NSIATs Still Second To Corticosteroids

Overall, NSIATs were not necessarily the preferred first-line injectable treatment for acute and chronic articular pain, Boone said. Corticosteroids with or without hyaluronic acid remained the most popular, consistent with a 2009 survey of American Association of Equine Practitioners members.

That might be due to a lingering lack of clarity about the benefits of NSIATs in addition to their relative expense, said Boone. It’s also possible that owners are reluctant to try to them simply because they’re unfamiliar with them. “I think the use or disuse of these products by practitioners are confounded by many variables driven by goals for treatment of the patient, practitioner experience and knowledge of the product, owner experience, knowledge of the products, equipment availability, and more,” she said.

Time—and further research—could lead to changes in how NSIATs are being used, how often they’re administered, which veterinarians use them, and which horses receive them, Boone said.

“There is still so much to learn about these NSIATs regarding their use,” she said. “It is difficult to compare these products in the (scientific) literature due to the number of systems available for each product. All of these products will differ slightly in their output even when the same horse on the same day is used to process the product. And that’s not to mention that the end biologic product not only relies on the proprietary processing methodology of the system but also the physiologic status of the patient.”

Many NSIATs are autologous—meaning they are developed from biological products taken from the horse itself and reinjected. “This means the end product will differ from horse to horse and day to day, making outcomes very difficult to compare between studies,” said Boone. “Additionally, the assessment of injury and reason for treatment will vary between studies and often lack adequate controls.”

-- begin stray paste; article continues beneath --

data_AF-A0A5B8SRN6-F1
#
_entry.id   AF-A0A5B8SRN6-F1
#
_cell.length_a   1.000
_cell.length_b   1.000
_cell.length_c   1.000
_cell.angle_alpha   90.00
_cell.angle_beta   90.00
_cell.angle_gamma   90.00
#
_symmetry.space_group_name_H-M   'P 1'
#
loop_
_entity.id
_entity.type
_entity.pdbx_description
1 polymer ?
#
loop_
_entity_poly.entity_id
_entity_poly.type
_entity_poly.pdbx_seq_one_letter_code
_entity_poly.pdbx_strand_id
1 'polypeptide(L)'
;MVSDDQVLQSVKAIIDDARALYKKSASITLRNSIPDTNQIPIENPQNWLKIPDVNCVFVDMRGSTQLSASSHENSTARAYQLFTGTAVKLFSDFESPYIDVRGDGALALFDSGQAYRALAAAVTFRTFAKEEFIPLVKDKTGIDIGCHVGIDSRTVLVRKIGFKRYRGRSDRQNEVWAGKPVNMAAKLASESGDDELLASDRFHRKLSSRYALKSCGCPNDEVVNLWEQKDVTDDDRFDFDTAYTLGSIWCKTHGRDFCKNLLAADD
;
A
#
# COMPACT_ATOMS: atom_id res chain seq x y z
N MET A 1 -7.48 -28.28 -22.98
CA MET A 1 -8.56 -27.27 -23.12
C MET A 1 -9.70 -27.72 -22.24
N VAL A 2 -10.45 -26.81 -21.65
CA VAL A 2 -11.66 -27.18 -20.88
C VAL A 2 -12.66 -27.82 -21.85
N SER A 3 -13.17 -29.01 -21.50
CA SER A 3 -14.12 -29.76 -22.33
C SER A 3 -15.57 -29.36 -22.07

Trusting Your Vet To Make the Right Choice, Together

The study isn’t meant to suggest that owners should change veterinarians if they want to get NSIAT treatment for their animals, Boone added.

“Your veterinarian uses the information available to decide if the use of these products is warranted for your horse,” she said. “He or she has his or her reasons for recommending or not recommending their use. Trust in your veterinarian is required in a strong veterinary-client-patient relationship. If you are interested in using the product, ask your veterinarian about them and get his or her thoughts, but trust the veterinarian’s assessment and recommendations for treatment of your horse.”


Written by:

Passionate about horses and science from the time she was riding her first Shetland Pony in Texas, Christa Lesté-Lasserre writes about scientific research that contributes to a better understanding of all equids. After undergrad studies in science, journalism, and literature, she received a master’s degree in creative writing. Now based in France, she aims to present the most fascinating aspect of equine science: the story it creates. Follow Lesté-Lasserre on Twitter @christalestelas.